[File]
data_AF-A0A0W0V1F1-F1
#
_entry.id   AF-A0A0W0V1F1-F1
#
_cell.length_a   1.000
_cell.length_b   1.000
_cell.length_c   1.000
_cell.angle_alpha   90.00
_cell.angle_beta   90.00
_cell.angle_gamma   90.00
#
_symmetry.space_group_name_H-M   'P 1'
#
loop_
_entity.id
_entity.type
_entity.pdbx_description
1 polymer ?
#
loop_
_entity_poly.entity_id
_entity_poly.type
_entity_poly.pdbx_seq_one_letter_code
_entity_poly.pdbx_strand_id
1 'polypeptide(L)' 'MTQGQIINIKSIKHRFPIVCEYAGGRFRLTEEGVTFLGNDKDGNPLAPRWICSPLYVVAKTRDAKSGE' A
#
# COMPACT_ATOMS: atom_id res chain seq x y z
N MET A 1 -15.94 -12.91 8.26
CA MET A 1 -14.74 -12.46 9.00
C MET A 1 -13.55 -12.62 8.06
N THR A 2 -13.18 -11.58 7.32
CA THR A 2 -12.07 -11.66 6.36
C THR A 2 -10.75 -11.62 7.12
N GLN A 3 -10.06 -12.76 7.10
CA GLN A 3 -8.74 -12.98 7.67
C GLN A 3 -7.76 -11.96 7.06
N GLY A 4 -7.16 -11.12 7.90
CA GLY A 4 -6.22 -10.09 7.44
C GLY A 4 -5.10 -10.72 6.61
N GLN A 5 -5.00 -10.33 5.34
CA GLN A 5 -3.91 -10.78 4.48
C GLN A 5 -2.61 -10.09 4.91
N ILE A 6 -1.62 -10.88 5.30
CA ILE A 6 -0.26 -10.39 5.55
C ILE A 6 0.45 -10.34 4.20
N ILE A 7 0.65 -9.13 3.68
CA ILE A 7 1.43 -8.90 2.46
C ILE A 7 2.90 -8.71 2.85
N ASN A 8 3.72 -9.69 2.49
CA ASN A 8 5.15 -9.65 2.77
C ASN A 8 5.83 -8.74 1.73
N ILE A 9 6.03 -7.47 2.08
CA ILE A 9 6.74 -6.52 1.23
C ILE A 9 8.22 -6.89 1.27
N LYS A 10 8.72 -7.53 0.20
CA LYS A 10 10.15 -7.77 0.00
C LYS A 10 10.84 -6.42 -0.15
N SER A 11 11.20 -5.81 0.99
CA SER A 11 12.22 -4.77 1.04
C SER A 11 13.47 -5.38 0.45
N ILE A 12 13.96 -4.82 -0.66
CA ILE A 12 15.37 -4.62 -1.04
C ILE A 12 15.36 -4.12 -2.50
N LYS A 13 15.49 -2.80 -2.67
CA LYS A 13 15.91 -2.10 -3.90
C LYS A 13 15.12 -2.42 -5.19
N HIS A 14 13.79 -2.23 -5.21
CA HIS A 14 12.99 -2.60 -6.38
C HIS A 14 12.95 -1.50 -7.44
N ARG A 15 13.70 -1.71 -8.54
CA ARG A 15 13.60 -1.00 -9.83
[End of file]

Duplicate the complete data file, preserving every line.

data_AF-A0A0W0V1F1-F1
#
_entry.id   AF-A0A0W0V1F1-F1
#
_cell.length_a   1.000
_cell.length_b   1.000
_cell.length_c   1.000
_cell.angle_alpha   90.00
_cell.angle_beta   90.00
_cell.angle_gamma   90.00
#
_symmetry.space_group_name_H-M   'P 1'
#
loop_
_entity.id
_entity.type
_entity.pdbx_description
1 polymer ?
#
loop_
_entity_poly.entity_id
_entity_poly.type
_entity_poly.pdbx_seq_one_letter_code
_entity_poly.pdbx_strand_id
1 'polypeptide(L)' 'MTQGQIINIKSIKHRFPIVCEYAGGRFRLTEEGVTFLGNDKDGNPLAPRWICSPLYVVAKTRDAKSGE' A
#
# COMPACT_ATOMS: atom_id res chain seq x y z
N MET A 1 -15.94 -12.91 8.26
CA MET A 1 -14.74 -12.46 9.00
C MET A 1 -13.55 -12.62 8.06
N THR A 2 -13.18 -11.58 7.32
CA THR A 2 -12.07 -11.66 6.36
C THR A 2 -10.75 -11.62 7.12
N GLN A 3 -10.06 -12.76 7.10
CA GLN A 3 -8.74 -12.98 7.67
C GLN A 3 -7.76 -11.96 7.06
N GLY A 4 -7.16 -11.12 7.90
CA GLY A 4 -6.22 -10.09 7.44
C GLY A 4 -5.10 -10.72 6.61
N GLN A 5 -5.00 -10.33 5.34
CA GLN A 5 -3.91 -10.78 4.48
C GLN A 5 -2.61 -10.09 4.91
N ILE A 6 -1.62 -10.88 5.30
CA ILE A 6 -0.26 -10.39 5.55
C ILE A 6 0.45 -10.34 4.20
N ILE A 7 0.65 -9.13 3.68
CA ILE A 7 1.43 -8.90 2.46
C ILE A 7 2.90 -8.71 2.85
N ASN A 8 3.72 -9.69 2.49
CA ASN A 8 5.15 -9.65 2.77
C ASN A 8 5.83 -8.74 1.73
N ILE A 9 6.03 -7.47 2.08
CA ILE A 9 6.74 -6.52 1.23
C ILE A 9 8.22 -6.89 1.27
N LYS A 10 8.72 -7.53 0.20
CA LYS A 10 10.15 -7.77 0.00
C LYS A 10 10.84 -6.42 -0.15
N SER A 11 11.20 -5.81 0.99
CA SER A 11 12.22 -4.77 1.04
C SER A 11 13.47 -5.38 0.45
N ILE A 12 13.96 -4.82 -0.66
CA ILE A 12 15.37 -4.62 -1.04
C ILE A 12 15.36 -4.12 -2.50
N LYS A 13 15.49 -2.80 -2.67
CA LYS A 13 15.91 -2.10 -3.90
C LYS A 13 15.12 -2.42 -5.19
N HIS A 14 13.79 -2.23 -5.21
CA HIS A 14 12.99 -2.60 -6.38
C HIS A 14 12.95 -1.50 -7.44
N ARG A 15 13.70 -1.71 -8.54
CA ARG A 15 13.60 -1.00 -9.83